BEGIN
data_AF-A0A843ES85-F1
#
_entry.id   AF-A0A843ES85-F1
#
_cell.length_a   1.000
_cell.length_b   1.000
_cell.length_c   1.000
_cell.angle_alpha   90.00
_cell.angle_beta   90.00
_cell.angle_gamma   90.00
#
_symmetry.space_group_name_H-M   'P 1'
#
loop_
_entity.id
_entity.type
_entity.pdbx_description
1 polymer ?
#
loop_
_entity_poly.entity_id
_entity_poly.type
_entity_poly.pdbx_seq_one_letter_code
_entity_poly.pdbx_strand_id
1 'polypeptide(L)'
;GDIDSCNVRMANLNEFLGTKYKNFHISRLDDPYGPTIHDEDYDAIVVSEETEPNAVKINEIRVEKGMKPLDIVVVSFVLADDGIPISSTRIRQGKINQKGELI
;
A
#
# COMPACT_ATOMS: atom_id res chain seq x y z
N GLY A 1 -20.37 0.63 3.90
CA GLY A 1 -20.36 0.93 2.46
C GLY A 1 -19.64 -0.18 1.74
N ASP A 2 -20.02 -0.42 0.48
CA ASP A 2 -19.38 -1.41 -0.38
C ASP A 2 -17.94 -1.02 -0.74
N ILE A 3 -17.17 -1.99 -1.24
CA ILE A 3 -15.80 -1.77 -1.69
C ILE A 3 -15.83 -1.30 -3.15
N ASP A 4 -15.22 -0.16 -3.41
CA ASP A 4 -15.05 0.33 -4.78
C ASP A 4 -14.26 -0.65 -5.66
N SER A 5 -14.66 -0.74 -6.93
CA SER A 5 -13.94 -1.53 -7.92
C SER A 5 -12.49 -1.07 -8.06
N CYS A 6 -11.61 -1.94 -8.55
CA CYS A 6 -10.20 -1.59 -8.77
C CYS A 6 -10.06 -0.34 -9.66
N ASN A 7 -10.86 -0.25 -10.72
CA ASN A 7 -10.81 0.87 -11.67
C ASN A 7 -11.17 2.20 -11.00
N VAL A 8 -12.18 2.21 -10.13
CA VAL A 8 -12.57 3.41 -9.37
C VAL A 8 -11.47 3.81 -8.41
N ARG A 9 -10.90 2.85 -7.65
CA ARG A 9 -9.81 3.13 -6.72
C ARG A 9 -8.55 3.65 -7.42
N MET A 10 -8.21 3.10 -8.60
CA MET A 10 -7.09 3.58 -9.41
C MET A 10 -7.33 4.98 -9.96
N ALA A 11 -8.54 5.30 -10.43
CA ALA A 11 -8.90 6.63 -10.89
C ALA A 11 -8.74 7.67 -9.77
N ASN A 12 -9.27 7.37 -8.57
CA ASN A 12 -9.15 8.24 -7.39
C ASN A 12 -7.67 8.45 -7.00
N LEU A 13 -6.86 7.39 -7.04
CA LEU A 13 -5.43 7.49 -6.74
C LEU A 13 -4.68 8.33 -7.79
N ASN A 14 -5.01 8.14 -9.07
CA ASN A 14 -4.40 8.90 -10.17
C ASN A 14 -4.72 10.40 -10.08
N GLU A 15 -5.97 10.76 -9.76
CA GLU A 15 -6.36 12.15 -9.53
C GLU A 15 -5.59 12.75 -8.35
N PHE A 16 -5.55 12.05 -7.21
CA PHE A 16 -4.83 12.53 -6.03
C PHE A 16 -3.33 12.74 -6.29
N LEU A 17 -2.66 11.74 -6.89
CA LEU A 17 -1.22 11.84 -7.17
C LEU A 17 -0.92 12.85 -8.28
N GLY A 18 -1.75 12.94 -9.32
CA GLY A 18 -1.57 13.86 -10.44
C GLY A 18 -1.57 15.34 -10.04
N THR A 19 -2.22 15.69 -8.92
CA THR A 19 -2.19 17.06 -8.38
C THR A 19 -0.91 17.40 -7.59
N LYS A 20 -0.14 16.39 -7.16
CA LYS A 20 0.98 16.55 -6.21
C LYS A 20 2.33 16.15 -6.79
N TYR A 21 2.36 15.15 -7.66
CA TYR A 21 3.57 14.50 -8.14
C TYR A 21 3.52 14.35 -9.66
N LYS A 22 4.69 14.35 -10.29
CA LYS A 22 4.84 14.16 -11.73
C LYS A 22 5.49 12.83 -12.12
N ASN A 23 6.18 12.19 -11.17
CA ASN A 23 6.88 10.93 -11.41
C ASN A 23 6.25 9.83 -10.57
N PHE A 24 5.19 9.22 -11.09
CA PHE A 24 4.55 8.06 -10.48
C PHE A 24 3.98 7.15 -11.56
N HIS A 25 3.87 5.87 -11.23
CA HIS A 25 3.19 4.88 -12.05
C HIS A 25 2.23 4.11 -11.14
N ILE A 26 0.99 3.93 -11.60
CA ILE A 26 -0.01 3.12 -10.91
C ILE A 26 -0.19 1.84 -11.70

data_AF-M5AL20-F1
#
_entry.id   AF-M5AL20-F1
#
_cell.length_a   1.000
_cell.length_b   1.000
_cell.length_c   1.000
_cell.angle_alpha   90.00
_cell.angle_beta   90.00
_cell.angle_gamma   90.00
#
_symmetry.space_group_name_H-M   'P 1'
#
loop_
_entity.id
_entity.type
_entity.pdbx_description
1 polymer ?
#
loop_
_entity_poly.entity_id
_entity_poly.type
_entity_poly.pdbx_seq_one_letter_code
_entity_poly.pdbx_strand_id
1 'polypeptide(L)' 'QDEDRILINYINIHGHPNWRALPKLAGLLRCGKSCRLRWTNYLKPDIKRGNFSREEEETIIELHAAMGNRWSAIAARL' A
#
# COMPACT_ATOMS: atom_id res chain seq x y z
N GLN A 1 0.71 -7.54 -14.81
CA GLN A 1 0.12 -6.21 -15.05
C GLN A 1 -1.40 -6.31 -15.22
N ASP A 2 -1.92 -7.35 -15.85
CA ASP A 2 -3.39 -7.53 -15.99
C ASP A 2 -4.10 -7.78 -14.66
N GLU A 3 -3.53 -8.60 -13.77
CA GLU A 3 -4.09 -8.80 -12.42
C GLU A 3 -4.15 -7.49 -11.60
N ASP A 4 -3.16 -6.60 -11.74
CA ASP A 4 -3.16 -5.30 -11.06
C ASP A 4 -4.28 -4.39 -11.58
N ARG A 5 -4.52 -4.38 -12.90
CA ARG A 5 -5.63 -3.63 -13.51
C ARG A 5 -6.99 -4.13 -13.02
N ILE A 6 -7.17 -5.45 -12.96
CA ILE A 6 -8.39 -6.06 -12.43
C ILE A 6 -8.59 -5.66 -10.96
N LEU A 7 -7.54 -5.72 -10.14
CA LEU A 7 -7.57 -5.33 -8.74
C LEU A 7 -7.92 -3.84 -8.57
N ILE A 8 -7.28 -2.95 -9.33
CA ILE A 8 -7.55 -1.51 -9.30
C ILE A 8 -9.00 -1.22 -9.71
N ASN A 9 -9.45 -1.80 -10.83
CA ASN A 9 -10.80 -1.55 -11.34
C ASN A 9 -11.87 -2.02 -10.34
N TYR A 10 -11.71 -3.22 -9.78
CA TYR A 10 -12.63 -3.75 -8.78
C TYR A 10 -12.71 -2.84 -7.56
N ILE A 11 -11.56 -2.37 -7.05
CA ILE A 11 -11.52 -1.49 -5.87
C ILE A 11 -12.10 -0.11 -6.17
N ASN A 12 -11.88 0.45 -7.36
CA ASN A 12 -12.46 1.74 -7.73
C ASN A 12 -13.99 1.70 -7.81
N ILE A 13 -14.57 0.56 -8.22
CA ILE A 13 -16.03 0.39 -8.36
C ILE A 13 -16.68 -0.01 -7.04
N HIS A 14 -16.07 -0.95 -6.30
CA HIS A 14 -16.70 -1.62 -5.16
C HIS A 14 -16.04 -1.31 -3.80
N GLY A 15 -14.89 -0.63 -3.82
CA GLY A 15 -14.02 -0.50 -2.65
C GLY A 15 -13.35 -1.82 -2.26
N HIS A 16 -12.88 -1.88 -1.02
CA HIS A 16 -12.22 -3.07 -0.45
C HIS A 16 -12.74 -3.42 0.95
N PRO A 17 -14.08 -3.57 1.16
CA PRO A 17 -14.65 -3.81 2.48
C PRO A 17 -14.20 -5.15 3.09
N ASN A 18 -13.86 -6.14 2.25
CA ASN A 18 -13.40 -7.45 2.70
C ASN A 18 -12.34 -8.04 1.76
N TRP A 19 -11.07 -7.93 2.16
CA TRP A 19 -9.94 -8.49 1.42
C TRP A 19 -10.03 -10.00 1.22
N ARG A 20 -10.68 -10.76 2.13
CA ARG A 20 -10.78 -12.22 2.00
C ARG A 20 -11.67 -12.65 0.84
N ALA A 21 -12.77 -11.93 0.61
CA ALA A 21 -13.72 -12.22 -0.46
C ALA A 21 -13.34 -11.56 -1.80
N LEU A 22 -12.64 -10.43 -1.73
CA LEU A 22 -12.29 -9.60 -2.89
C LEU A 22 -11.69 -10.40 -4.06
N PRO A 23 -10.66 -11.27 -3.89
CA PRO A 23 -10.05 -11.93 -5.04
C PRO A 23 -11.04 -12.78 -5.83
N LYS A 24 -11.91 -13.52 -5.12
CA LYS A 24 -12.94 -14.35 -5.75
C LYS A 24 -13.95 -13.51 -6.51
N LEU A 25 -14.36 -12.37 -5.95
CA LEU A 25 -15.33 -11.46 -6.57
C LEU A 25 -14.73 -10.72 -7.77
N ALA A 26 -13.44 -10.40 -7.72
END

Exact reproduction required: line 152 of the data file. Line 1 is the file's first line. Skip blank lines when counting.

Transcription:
CA ILE A 6 -8.39 -6.06 -12.43